Monday, September 25, 2017

Hotel Design




My work brings me to many hotels all over the world.  Most of them are in the 4 star range, some of them big names like Hilton or Sheraton.  Others are smaller, local and sometimes even boutique hotels.  I'm always curious and enjoy seeing their sense of interior design,  from the buildings architectural details to the furniture in lobbies,  bars and in the rooms.  There is always art displayed on the walls, or sculptures,  many of which reflect the location and cultural background of where the hotel is situated.   Here are some photos of their designs. 










Calligraphy,  both traditional and modern,  is often on display in Chinese hotels, like these ones in Shanghai and Beijing. 











A room with a view 

Hong Kong 


A bathtub with a view






Taipei














Mexico City





Delhi








New York City








Sydney





Boston







Chicago





San Francisco

Seoul

Another bathtub with a view

London

Monday, March 6, 2017

Islamic Architecture and Design

The corniche of Muscat, Oman


I finally went with Irene and the boys on a cruise.  She found a great deal for a week of cruising to ports in the United Arab Emirates and Oman.  I was looking forward to seeing the architecture and mosques, both new and old, of Dubai, Abu Dhabi and especially of Muscat.  Shortly after our return, we also worked a flight together to Delhi, India. Our two day layover there enabled us to see more spectacular Mughal monuments from that Muslim dynasty in India, including the famous Taj Mahal.


beautiful tiles on a mosque in Sharjah, UAE


Sheikh Zayed Grand Mosque,  Abu Dhabi




The Sheikh Zayed Grand Mosque in Abu Dhabi is the largest in the country.  It took 11 years to build and was completed in 2007.  Its design has a mix of Persian, Mughal and Moorish styles of architecture.  The dome layout and floor plan was inspired by that of the Badashi Mosque in Lahore, Pakistan while its archways are quintessentially Moorish and its minarets classically Arab. 




The capacity for this mosque is 40 000 people,  which is the number of worshippers it regularly receives for Friday prayers.   The carpet in the main hall is the world's largest and is 60 500 square feet.  It took over 1200 Iranian carpet knotters two years to complete. It has seven chandeliers that were made in Germany and that are covered in millions of Swarovsky crystals.  The  pillars are made from Macedonian marble and are covered in floral patterns (reminiscent of the Taj Mahal) and are inlaid with semi-precious stones such as lapis lazuli, red onyx, amethyst and abalone.














Our next stop was in Muscat, Oman. Whereas the cities of United Arab Emirates are full of modern glass skyscrapers, the Sultanate of Oman has chosen to keep a much more traditional Arabic style for all of its buildings. They are predominantly low rises that are white and tan brown, perfectly suited to the dry, rocky, and jagged mountains of the Arabian peninsula.













A visit to Muscat would be incomplete without visiting the Sultan Qaboos Grand Mosque.  As with the Grand Mosque in Abu Dhabi, it is also relatively new (2001) however, like the city that surrounds it, the mosque is more subtle, with beautiful sand coloured walls and marble.  Large geometric carved wooden doors are a perfect contrast to the light tan vaults and domes.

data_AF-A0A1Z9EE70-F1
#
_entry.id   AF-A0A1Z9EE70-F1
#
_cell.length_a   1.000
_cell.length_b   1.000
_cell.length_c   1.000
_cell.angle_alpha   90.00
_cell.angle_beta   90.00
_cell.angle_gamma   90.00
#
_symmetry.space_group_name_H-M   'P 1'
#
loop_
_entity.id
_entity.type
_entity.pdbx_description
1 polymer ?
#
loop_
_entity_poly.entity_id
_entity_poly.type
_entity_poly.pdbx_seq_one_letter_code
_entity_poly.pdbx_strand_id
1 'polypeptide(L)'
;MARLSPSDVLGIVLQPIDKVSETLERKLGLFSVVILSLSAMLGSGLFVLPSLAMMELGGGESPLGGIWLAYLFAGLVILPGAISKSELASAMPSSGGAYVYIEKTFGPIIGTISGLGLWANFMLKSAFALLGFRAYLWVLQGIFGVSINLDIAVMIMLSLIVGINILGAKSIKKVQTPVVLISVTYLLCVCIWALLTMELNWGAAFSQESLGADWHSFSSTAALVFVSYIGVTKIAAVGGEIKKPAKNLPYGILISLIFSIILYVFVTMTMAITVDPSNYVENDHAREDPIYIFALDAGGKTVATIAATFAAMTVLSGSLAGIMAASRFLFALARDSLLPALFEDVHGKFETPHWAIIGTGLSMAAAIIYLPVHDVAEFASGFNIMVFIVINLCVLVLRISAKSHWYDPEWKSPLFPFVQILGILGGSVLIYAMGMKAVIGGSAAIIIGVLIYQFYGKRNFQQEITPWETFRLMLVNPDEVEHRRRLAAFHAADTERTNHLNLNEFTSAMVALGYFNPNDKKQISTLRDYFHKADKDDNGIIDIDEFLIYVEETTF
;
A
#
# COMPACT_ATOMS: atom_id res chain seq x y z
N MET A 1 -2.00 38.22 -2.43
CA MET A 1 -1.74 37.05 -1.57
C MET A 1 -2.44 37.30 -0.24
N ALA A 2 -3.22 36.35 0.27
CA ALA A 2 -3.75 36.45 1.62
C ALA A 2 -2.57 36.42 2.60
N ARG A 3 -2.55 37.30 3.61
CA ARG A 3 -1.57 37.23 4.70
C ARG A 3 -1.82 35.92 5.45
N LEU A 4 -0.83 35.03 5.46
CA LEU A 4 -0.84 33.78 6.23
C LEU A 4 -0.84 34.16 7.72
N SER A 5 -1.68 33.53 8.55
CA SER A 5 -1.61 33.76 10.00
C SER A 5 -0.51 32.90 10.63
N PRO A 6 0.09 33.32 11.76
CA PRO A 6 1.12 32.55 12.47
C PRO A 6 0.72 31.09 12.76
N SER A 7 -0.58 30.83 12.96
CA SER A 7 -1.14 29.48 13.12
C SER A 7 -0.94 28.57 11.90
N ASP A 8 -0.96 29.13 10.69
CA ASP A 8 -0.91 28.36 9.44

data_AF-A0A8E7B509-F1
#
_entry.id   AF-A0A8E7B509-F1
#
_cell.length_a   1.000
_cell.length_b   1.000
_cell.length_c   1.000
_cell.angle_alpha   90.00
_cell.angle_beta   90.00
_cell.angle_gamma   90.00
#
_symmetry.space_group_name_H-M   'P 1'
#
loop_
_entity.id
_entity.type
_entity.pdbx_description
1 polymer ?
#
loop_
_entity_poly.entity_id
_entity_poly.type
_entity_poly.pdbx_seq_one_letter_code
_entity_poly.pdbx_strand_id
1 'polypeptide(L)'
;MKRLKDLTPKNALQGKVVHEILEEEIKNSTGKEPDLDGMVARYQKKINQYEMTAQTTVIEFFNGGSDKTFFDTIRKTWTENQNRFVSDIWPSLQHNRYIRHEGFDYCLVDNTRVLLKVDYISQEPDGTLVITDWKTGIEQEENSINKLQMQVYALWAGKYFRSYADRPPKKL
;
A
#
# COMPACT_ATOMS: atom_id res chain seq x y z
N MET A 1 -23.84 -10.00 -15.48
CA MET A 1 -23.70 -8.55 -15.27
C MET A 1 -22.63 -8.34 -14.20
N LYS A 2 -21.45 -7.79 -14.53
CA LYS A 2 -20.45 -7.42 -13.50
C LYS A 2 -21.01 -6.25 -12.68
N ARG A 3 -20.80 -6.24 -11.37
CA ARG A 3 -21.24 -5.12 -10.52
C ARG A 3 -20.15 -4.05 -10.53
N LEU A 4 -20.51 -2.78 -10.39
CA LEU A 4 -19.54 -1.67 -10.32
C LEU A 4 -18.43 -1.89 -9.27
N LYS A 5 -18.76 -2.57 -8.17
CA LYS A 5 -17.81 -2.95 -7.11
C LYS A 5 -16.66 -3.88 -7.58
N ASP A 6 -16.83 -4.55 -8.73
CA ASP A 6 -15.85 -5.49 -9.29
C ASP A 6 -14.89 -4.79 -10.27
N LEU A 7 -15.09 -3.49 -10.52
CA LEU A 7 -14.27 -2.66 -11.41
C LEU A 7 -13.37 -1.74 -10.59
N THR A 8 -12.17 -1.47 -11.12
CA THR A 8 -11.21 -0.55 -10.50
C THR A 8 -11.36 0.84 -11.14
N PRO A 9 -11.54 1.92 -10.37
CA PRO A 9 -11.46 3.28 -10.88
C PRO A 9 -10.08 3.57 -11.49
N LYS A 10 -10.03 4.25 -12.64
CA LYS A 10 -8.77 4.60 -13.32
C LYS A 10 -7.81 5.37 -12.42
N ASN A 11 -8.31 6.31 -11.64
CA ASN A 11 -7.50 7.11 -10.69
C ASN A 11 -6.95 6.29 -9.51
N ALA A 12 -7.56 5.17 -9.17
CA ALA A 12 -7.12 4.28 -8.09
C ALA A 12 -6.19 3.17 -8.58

Another great example of Arabian architecture was the grounds of Sultan Qaboos' grand palace.  We were there during their winter  (a cool average of 28 C)  and we often thought how strolling around the city would not be possible during summer months when temperatures hover around 45 degrees most of the time.
























The ship sailed back to Dubai where we had our last full day to explore this modern city built from a humble fishing village just sixty years ago.  The new towers, including the world's tallest, the Burj Khalifa, are indeed impressive.  However, it was the traditional Bedouin architecture that we found  to be fascinatinhg and worth exploring.  The Emirate has done an excellent job maintaining and preserving its heritage as well as recreating certain buildings in the style of their past.









Traditional souk (market) in Dubai













lanterns with  Islamic patterns

Art work from a local calligrapher



The Burj Khalifa, lit up nightly with a multitude of changing light patterns.


Geometric patterns in the Dubai Mall

Traditional Arab coffee in the "Coffee Museum"

Shortly after our return, Irene and I had a flight we worked to together to Delhi.  With a longer than normal layover of two days, we were able to do a day trip to the Taj Mahal.  I had been once before over twenty years ago but I was excited to see once again this masterpiece of Indian Islamic architecture.  It was winter therefore quite cool and very foggy.  We could barely see it from the entrance gate.    Luckily, the fog lifted and we saw the famous mausoleum that the Mughal emperor Shah Jahan had built for his wife's final resting place in the 1630s. Among the vast complex there is a mosque as well as a guest house and several other buildings along the banks of the Yamuna river. The Taj Mahal's ivory coloured marble is being cleaned for the first time ever, therefore the forward right minaret was covered in scaffolding, making the classic photo a little less classic.  Apparently the main dome is next, starting sometime this summer.














adjacent mosque













An average of 8 million tourists visit the Taj each year.


The following day we went to old Delhi, and saw the Red Fort as well as the Jama Masjid, the Old Delhi Mosque. Both were built in the same period of the Mughal reign of Shah Jahan. The mosque is one of the largest in India.











Nice view from the top of a minaret.